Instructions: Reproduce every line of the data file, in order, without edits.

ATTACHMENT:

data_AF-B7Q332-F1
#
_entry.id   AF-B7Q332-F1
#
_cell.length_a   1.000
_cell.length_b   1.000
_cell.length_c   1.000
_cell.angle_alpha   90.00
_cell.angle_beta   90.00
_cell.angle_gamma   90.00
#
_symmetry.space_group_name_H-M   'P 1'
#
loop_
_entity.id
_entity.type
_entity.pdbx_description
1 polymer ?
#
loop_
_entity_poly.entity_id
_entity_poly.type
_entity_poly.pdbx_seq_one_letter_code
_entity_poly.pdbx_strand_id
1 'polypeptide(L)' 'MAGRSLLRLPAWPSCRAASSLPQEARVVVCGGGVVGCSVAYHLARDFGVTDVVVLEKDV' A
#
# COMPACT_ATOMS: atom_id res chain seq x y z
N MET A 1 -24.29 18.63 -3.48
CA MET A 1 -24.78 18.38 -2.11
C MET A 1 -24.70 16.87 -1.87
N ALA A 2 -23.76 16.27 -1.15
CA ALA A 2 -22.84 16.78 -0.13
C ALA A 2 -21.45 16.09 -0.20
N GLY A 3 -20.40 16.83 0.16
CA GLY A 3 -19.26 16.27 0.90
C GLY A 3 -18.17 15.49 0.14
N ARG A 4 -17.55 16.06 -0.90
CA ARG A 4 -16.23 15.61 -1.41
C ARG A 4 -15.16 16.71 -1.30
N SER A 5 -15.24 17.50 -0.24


data_AF-B7Q332-F1
#
_entry.id   AF-B7Q332-F1
#
_cell.length_a   1.000
_cell.length_b   1.000
_cell.length_c   1.000
_cell.angle_alpha   90.00
_cell.angle_beta   90.00
_cell.angle_gamma   90.00
#
_symmetry.space_group_name_H-M   'P 1'
#
loop_
_entity.id
_entity.type
_entity.pdbx_description
1 polymer ?
#
loop_
_entity_poly.entity_id
_entity_poly.type
_entity_poly.pdbx_seq_one_letter_code
_entity_poly.pdbx_strand_id
1 'polypeptide(L)' 'MAGRSLLRLPAWPSCRAASSLPQEARVVVCGGGVVGCSVAYHLARDFGVTDVVVLEKDV' A
#
# COMPACT_ATOMS: atom_id res chain seq x y z
N MET A 1 -24.29 18.63 -3.48
CA MET A 1 -24.78 18.38 -2.11
C MET A 1 -24.70 16.87 -1.87
N ALA A 2 -23.76 16.27 -1.15
CA ALA A 2 -22.84 16.78 -0.13
C ALA A 2 -21.45 16.09 -0.20
N GLY A 3 -20.40 16.83 0.16
CA GLY A 3 -19.26 16.27 0.90
C GLY A 3 -18.17 15.49 0.14
N ARG A 4 -17.55 16.06 -0.90
CA ARG A 4 -16.23 15.61 -1.41
C ARG A 4 -15.16 16.71 -1.30
N SER A 5 -15.24 17.50 -0.24